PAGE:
RNG abuse

First of all, the "Definitely cheating" section says "none of the methods of cheating described below are possible on a multi-user system", but RNG abuse is possible on a multi-user system (in fact that was the main point of Sartok's post), so at the very least this sentence needs to be corrected.

I'm also puzzled by why (for example) Wizard Bones is only "Probably cheating" whereas RNG abuse is "Definitely cheating." They seem equally bad to me, and if I had to pick one that was worse, I'd pick Wizard Bones. djao 17:47, 3 March 2009 (UTC)

You are right. I didn't read the introduction when I added the RNG abuse chapter, but I have modified it now. I also agree with you in the case of Wizard Bones and I have moved it under the "Definitely cheating" header. —ZeroOne (talk / @) 18:15, 3 March 2009 (UTC)
Excellent. I like it. djao 23:35, 3 March 2009 (UTC)


How would you clasify reading dumplogs - to identify things on bones level? --Stevko sk 01:56, January 2, 2010 (UTC)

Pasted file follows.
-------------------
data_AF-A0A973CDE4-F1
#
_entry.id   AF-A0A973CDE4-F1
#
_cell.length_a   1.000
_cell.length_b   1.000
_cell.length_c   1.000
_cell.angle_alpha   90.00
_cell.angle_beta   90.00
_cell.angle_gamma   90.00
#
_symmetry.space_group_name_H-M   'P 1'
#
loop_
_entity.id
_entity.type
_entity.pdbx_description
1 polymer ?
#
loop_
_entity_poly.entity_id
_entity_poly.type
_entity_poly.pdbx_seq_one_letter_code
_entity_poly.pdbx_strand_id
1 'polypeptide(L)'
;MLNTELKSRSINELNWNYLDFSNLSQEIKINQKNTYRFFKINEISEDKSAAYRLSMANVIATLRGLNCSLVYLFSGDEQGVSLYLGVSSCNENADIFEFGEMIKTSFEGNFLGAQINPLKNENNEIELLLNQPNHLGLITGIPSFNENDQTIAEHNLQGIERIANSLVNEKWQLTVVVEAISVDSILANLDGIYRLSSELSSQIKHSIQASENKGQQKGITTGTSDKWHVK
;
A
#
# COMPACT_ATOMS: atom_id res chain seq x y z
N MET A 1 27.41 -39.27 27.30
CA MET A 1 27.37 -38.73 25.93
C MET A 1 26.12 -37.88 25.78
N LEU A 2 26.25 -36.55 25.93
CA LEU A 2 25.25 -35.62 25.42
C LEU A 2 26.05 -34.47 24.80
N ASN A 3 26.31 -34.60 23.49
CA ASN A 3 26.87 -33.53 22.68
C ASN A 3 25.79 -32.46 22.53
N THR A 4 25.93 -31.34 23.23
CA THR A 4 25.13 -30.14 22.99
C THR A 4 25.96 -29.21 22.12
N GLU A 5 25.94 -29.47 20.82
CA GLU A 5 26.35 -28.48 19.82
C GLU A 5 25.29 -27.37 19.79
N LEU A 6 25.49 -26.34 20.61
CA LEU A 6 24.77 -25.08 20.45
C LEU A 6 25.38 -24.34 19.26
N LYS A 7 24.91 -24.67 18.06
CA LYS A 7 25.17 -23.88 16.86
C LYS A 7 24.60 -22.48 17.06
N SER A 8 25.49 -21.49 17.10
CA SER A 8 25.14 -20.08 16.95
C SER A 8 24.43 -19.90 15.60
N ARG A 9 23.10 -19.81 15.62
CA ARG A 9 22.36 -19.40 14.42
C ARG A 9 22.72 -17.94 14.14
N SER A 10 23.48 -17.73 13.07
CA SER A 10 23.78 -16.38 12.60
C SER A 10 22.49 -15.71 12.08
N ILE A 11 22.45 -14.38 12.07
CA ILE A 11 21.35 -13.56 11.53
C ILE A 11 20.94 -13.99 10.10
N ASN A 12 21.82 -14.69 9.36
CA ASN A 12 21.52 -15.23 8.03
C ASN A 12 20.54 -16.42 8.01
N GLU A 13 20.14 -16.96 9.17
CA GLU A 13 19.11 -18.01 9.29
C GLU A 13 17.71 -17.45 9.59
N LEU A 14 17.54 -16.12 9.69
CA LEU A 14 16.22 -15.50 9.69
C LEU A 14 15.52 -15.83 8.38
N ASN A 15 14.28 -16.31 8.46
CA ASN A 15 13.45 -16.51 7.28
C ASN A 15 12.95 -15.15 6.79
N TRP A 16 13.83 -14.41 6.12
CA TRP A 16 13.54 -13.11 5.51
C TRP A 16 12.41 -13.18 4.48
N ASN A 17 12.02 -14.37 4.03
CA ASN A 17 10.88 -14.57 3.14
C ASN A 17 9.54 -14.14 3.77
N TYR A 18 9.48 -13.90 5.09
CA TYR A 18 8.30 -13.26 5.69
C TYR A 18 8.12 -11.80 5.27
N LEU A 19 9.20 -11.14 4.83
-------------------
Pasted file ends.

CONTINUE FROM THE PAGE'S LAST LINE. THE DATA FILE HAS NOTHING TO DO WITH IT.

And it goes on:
In my book, it's on par with Wizard Bones / Selectively deleting bones / Save-scumming. -Tjr 03:12, January 2, 2010 (UTC)
Also for me. Moved from "Degenerate behavior" to "Definitely cheating" Bulwersator (talk) 10:21, 14 December 2012 (UTC)

Credit Cloning

I don't think I've seen confirmation of this anywhere, but is it or is it not cheating? I personally think it's a bit slack, but it's useful as all hell. It's a bit like file sharing :D --Archmage84 11:04, June 15, 2010 (UTC)

Consider the apport stat for pets. In my mind, it is absolutely useless for everything BUT credit cloning. I find it annoying almost every other time; I'm either trying to pick up the item myself that my dog just picked up or they're deactivating an active Elbereth square or similar. I'd say that pets were given apport for the sole purpose of allowing credit cloning. -- Qazmlpok 11:33, June 15, 2010 (UTC)
I second that. Tjr 12:52, June 15, 2010 (UTC)